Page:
But then the project experienced another setback---my wife (who had done the art for all three NES projects) left, and sent my life into chaos and uncertainty. So I put the project on the shelf and thought I would never finish it, as I picked up the pieces of my life and tried to start over in a new city. I had been working from home for 5 years, and I thought it would be great to start over in Tampa FL where my sister lives. I got a job in an office there, and started making new friends. Then March, 2020 rolled around. BAM, a worldwide pandemic, Covid-19 hits and made my new job work from home again, and prevented me from seeing my new friends or jamming with my band. I was again isolated, but now more than ever.
Lynn's Legacy came up in my mind AGAIN. Maybe I could really do it this time. It's starting to make me think the Dimension Seed itself projected itself into our reality and REALLY wanted to be re-assembled, and I was the chosen one to do it. So I tried again to compile the original source code in a modern 64 bit version of FreeBASIC, because I thought surely this would be a saner approach than fully porting the game. But again, I failed. I just can't seem to bring myself to do the research necessary to understand compiler errors from C like languages. I just don't find it fun, I guess, so AGAIN, I gave up on that possibility, and then I dusted off the Love2D port I started in 2019. And then I really started digging in. What I started in 2019 got as far as displaying a scrollable map, so I started digging in to the XML format and loading objects. It wasn't long until I really felt like the project had truly taken off, and that I would indeed finish it. I worked on it faithfully every single weekend since then, and now it is complete: Lynn's Legacy has been fully ported from FreeBASIC to Love2D, and can now be enjoyed hopefully for years to come.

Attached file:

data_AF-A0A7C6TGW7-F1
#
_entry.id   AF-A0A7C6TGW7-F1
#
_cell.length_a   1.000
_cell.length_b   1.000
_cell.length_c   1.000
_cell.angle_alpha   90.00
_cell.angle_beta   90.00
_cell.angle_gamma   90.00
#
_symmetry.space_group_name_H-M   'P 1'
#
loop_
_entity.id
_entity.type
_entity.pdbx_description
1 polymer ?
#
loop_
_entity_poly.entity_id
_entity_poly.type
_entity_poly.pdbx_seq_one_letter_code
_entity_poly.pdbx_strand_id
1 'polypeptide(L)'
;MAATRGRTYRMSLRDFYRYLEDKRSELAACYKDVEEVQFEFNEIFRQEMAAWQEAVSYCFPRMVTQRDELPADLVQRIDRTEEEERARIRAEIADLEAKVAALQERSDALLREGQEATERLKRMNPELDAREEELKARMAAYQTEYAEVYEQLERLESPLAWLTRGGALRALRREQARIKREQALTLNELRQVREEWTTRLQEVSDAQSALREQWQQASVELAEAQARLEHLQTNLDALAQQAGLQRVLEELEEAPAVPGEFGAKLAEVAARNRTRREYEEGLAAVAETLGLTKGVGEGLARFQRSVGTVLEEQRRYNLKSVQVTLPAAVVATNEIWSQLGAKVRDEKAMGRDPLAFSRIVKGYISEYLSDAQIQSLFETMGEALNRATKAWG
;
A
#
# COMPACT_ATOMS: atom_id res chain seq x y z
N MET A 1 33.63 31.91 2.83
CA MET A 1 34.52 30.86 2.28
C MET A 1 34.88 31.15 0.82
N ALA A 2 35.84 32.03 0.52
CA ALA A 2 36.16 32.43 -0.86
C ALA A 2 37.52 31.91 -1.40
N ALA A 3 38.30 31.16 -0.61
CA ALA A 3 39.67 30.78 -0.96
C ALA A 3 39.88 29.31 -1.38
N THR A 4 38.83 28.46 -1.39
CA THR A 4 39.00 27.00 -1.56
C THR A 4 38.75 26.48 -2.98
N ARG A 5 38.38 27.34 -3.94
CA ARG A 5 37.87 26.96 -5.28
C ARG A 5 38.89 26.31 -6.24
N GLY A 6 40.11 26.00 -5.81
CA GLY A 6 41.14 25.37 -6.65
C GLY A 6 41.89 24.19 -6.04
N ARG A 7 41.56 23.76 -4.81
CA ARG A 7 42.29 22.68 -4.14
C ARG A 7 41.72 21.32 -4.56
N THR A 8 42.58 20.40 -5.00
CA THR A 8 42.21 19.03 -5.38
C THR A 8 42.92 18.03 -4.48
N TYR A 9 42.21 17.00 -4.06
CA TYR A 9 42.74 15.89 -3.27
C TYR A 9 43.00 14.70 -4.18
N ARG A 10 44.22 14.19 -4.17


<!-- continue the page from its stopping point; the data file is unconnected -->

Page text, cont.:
It's one of the most satisfying journeys of my game development hobby, and I am very happy to have preserved a cult-classic game for anyone who finds it. It deserves to be known more as it is a hidden gem.
Get Lynn's Legacy